Contact building through content search — As a daily activity, I use the ‘search content’ feature in LinkedIn to grow my network. Rather than the traditional approach of waiting for LinkedIn connection recommendations, I search for the term ‘Shopify’ and set the search for content within the past 24 hours. By doing so, I get to see who is actively interested and communicating on LinkedIn with respect to my industry and make connection requests based on the relevancy of that person’s content. By doing so, I know that any posts or articles I share will be shared to a relevant audience and hence more likely to generate engagement and conversation. As a result of this practice recently, we we’re able to pitch for a £25K project via a connection request made on this basis.
As part of my series of interviews about “How to Use LinkedIn To Dramatically Improve Your Business”, I had the pleasure of interviewing Adam Pearce,the co-founder and Marketing Director for one of the UK’s leading Shopify Expert agencies, Blend Commerce. Adam and his team specialise in working with high growth, mid-level brands who are aiming to drive significant revenue through online sales.
Thank you so much for doing this with us! Can you tell us a story about what brought you to this specific career path?
Quite honestly, my whole career has been driven by two factors:
I firmly remember sitting in a career’s class at age 16 and coming across the well polished pages of tech giant, Accenture. My career counsellor lent over my shoulder and said firmly, ‘Well Adam, I hate to tell you, but they only employ the best.’ I kept that moment firmly in my mind, and 5 years later, I left University with a first class degree in Economics and a contract as an Analyst with Accenture. Whilst I never had the chance to thank that career counsellor, I guess I should of.
In 3 great years at Accenture, I’d worked with some huge global brands, including Unilever and Barclays Bank. Whilst the experience really allowed me to get an understanding of corporate business, I needed to make more a difference. When I enrolled onto a teaching course at University and quit my job, yet again, I was met with cynicism. ‘You can’t do that!” or “What about your salary?”, were the two most common objections. Yet again, it drove me. I taught Economics and Business in a number of schools across the UK and also in Dubai, and met some wonderful young people who told me that I’d made a difference to their lives. But, after 4 years of teaching, I felt that itch. I didn’t love what I was doing anymore. To be honest, I didn’t love anything.
After being diagnosed with depression and anxiety, I took some time away from my career. It was a pivotal point. I realized that I’d pushed myself too hard, too fast and needed to re-balance my life. After some deep soul searching, I decided to apply for a role at small educational app start-up, working as a Business Development Manager. Being able to combine my passion for education and business was truly life changing. After then being head hunted for a directorship from the company’s competitor, it really showed me that loving what you do is about finding a route that helps you give back, but drives and challenges you everyday.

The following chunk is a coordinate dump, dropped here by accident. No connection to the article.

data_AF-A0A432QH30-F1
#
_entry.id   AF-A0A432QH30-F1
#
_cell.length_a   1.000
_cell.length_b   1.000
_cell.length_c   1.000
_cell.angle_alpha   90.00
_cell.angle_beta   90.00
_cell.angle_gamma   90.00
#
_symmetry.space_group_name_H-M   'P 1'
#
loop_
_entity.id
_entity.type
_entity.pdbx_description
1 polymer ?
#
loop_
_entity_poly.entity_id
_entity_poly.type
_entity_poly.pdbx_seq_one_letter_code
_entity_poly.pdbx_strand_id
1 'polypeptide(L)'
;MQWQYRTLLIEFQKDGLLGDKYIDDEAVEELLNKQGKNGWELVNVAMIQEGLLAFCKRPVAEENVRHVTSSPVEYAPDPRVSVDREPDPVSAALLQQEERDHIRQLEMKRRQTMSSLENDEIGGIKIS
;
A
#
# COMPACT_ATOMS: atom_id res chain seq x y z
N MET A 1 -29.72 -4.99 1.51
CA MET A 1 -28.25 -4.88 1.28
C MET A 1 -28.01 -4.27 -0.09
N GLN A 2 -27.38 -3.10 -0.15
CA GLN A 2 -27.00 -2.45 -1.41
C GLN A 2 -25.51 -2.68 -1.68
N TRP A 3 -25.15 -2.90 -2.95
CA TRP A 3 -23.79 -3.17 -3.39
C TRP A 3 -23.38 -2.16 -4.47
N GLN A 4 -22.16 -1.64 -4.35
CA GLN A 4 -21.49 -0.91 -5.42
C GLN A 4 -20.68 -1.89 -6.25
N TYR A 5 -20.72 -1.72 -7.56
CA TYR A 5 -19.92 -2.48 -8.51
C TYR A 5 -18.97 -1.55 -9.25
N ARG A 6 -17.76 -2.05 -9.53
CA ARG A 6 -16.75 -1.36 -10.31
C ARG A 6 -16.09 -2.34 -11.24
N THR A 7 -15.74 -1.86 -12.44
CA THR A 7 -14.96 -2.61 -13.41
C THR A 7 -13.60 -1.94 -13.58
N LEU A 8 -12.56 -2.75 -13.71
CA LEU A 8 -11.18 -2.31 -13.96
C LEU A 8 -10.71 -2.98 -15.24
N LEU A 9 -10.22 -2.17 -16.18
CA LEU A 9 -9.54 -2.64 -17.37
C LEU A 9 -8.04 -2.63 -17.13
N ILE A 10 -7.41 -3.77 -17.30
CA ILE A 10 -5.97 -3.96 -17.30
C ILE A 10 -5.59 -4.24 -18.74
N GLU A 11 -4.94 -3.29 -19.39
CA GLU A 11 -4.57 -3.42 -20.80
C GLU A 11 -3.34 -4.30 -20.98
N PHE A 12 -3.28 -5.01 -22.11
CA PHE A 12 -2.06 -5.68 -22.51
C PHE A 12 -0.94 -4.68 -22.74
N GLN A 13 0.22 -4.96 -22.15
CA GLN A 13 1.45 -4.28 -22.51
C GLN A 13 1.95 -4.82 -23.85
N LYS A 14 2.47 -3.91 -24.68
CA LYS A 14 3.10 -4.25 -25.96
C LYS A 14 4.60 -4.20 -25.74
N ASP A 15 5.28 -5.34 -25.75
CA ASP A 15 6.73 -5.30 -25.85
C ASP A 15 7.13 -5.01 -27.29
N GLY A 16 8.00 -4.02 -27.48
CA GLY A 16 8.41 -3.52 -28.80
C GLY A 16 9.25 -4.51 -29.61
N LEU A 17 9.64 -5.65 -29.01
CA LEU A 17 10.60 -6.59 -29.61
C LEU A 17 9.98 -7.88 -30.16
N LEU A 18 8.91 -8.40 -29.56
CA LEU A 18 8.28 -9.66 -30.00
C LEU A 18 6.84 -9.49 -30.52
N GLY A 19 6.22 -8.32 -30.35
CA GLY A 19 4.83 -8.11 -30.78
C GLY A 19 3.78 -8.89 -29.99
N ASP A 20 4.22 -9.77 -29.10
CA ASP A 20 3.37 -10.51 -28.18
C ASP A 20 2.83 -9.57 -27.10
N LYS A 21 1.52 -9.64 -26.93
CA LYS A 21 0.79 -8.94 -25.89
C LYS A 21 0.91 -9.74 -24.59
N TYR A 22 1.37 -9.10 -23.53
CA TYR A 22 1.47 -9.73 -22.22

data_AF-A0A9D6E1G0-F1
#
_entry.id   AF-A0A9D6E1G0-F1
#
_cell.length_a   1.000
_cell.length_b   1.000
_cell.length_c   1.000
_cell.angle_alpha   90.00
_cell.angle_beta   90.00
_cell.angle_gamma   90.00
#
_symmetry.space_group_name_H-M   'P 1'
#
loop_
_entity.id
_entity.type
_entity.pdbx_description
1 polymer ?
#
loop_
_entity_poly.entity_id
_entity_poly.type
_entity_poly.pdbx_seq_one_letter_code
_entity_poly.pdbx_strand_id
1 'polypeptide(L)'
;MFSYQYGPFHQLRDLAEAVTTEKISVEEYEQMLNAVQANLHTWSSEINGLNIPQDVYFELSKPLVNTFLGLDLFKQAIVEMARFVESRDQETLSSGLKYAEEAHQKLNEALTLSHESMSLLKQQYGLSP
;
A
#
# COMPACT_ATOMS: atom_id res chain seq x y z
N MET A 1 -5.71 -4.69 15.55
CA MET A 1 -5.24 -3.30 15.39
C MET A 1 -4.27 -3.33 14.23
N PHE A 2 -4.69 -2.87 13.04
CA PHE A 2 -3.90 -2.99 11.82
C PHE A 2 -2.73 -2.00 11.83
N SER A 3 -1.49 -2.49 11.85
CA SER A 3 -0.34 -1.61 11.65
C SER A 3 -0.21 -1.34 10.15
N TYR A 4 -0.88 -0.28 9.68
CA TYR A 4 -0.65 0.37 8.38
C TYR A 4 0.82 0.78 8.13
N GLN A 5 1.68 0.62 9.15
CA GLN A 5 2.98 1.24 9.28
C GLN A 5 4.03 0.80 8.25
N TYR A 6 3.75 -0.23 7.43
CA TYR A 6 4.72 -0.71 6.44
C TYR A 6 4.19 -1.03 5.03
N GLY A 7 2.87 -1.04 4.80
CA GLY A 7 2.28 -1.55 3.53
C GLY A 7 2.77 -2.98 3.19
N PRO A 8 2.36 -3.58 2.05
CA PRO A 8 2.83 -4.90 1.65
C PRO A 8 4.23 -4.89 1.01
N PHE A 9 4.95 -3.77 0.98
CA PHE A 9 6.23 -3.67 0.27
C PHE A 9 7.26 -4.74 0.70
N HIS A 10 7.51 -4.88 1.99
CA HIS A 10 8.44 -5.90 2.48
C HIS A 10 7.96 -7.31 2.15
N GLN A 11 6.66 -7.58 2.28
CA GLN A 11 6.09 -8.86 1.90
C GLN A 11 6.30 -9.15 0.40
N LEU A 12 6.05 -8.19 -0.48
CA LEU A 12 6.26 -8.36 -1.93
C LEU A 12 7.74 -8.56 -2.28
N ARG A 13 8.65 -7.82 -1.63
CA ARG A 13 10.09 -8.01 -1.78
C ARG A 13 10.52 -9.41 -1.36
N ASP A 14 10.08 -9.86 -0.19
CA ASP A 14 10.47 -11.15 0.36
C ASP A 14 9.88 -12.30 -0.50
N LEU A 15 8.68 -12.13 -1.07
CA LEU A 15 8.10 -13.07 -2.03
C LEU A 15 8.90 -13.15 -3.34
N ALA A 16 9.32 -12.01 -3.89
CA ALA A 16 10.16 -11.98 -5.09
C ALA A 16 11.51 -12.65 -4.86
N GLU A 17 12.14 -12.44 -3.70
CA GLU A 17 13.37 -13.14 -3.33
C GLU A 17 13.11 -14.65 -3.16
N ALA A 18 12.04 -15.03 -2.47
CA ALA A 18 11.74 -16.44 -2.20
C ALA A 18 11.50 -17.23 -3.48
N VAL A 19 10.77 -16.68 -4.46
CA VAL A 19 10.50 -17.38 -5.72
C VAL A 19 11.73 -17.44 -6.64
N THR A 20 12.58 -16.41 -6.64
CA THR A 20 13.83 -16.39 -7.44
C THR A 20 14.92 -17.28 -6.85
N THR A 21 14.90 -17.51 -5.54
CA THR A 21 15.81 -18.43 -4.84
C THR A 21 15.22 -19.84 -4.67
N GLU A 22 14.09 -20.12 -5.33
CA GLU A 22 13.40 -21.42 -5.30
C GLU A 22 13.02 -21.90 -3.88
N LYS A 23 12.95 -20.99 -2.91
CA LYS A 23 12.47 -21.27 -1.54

Fast forward to 2 years ago ago, I was sitting around a campfire with my good friend Peter Gardner. He’d been developing Shopify stores for a while and was getting to the stage where he needed to recruit staff. We spoke for hours about Shopify, and how his clients were getting increasingly frustrated by the lack of guidance and clarity on how to sell and market their businesses. By the time the embers died down, we’d formed a business plan. Within 3 months we’d grown our business to a team of 4. So in terms of my back story, it’s not pretty, it’s not conventional, but like so many other Shopify entrepreneurs, I’ve been able to define a prosperous future, doing what I love.
Can you share the most interesting story that happened to you since you started this career?
Our business was essentially formed around a campfire. We made some pretty big decisions that night, many of which have defined our success to date. Once a month, my business partner and I put together a list of strategy ideas and light the fire. We’ve really found this to be a great way to mull over our decisions and flesh out the conversations and ideas that need to be thrashed out.
Can you share a story about the funniest mistake you made when you were first starting? Can you tell us what lesson you learned from that?
Just the one?! I once had an email from a US based Asian supermarket chain who wanted us to redesign their ecommerce store and manage their marketing. Due to the size of the company, I got rather over excited and didn’t read the whole of their email. When I joined the conference call, I was on camera to 5 executives of the business who looked rather confused when I started to introduce myself. One of the gentleman politely said ‘Sorry, are we ok to talk in Mandarin’. Whilst you can probably imagine, the meeting was quite short and safe to say we didn’t win the project. After re-reading the original email, the last line stated ‘Please note that we are looking for an agency who can communicate in Mandarin.’